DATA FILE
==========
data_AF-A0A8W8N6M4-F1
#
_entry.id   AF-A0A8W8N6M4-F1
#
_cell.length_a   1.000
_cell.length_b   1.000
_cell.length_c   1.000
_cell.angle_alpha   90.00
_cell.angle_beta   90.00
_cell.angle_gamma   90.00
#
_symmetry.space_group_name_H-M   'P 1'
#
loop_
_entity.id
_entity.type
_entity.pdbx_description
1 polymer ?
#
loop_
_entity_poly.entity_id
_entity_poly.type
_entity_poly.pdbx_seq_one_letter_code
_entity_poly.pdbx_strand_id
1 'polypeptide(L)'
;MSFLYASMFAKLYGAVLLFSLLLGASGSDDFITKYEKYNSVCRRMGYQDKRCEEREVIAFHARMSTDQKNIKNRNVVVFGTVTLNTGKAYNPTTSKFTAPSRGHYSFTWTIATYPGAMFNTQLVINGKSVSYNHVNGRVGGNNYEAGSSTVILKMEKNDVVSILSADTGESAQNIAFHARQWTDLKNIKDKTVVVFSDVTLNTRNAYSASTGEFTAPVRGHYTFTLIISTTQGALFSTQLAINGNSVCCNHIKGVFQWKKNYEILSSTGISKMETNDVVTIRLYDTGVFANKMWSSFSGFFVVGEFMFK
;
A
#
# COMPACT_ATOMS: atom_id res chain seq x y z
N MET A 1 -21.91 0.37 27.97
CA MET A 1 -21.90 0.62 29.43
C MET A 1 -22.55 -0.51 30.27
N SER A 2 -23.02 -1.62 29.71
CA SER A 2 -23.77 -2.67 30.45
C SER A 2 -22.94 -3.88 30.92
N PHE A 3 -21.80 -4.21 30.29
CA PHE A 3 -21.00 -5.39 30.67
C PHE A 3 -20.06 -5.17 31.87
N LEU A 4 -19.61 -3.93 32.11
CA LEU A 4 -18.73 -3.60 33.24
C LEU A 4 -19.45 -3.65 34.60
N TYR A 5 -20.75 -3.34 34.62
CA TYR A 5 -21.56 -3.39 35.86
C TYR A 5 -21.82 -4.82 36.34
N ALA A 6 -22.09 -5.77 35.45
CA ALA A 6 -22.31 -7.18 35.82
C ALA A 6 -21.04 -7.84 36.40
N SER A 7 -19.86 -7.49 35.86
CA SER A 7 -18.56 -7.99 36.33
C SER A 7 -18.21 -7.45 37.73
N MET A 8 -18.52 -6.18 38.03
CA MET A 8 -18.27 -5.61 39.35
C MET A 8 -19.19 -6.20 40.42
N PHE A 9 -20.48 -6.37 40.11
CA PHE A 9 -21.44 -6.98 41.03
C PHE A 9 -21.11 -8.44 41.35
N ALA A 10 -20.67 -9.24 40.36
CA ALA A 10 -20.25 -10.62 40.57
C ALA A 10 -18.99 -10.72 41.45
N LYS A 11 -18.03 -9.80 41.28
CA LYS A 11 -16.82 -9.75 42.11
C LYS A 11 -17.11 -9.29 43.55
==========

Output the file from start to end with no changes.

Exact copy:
data_AF-A0A8W8N6M4-F1
#
_entry.id   AF-A0A8W8N6M4-F1
#
_cell.length_a   1.000
_cell.length_b   1.000
_cell.length_c   1.000
_cell.angle_alpha   90.00
_cell.angle_beta   90.00
_cell.angle_gamma   90.00
#
_symmetry.space_group_name_H-M   'P 1'
#
loop_
_entity.id
_entity.type
_entity.pdbx_description
1 polymer ?
#
loop_
_entity_poly.entity_id
_entity_poly.type
_entity_poly.pdbx_seq_one_letter_code
_entity_poly.pdbx_strand_id
1 'polypeptide(L)'
;MSFLYASMFAKLYGAVLLFSLLLGASGSDDFITKYEKYNSVCRRMGYQDKRCEEREVIAFHARMSTDQKNIKNRNVVVFGTVTLNTGKAYNPTTSKFTAPSRGHYSFTWTIATYPGAMFNTQLVINGKSVSYNHVNGRVGGNNYEAGSSTVILKMEKNDVVSILSADTGESAQNIAFHARQWTDLKNIKDKTVVVFSDVTLNTRNAYSASTGEFTAPVRGHYTFTLIISTTQGALFSTQLAINGNSVCCNHIKGVFQWKKNYEILSSTGISKMETNDVVTIRLYDTGVFANKMWSSFSGFFVVGEFMFK
;
A
#
# COMPACT_ATOMS: atom_id res chain seq x y z
N MET A 1 -21.91 0.37 27.97
CA MET A 1 -21.90 0.62 29.43
C MET A 1 -22.55 -0.51 30.27
N SER A 2 -23.02 -1.62 29.71
CA SER A 2 -23.77 -2.67 30.45
C SER A 2 -22.94 -3.88 30.92
N PHE A 3 -21.80 -4.21 30.29
CA PHE A 3 -21.00 -5.39 30.67
C PHE A 3 -20.06 -5.17 31.87
N LEU A 4 -19.61 -3.93 32.11
CA LEU A 4 -18.73 -3.60 33.24
C LEU A 4 -19.45 -3.65 34.60
N TYR A 5 -20.75 -3.34 34.62
CA TYR A 5 -21.56 -3.39 35.86
C TYR A 5 -21.82 -4.82 36.34
N ALA A 6 -22.09 -5.77 35.45
CA ALA A 6 -22.31 -7.18 35.82
C ALA A 6 -21.04 -7.84 36.40
N SER A 7 -19.86 -7.49 35.86
CA SER A 7 -18.56 -7.99 36.33
C SER A 7 -18.21 -7.45 37.73
N MET A 8 -18.52 -6.18 38.03
CA MET A 8 -18.27 -5.61 39.35
C MET A 8 -19.19 -6.20 40.42
N PHE A 9 -20.48 -6.37 40.11
CA PHE A 9 -21.44 -6.98 41.03
C PHE A 9 -21.11 -8.44 41.35
N ALA A 10 -20.67 -9.24 40.36
CA ALA A 10 -20.25 -10.62 40.57
C ALA A 10 -18.99 -10.72 41.45
N LYS A 11 -18.03 -9.80 41.28
CA LYS A 11 -16.82 -9.75 42.11
C LYS A 11 -17.11 -9.29 43.55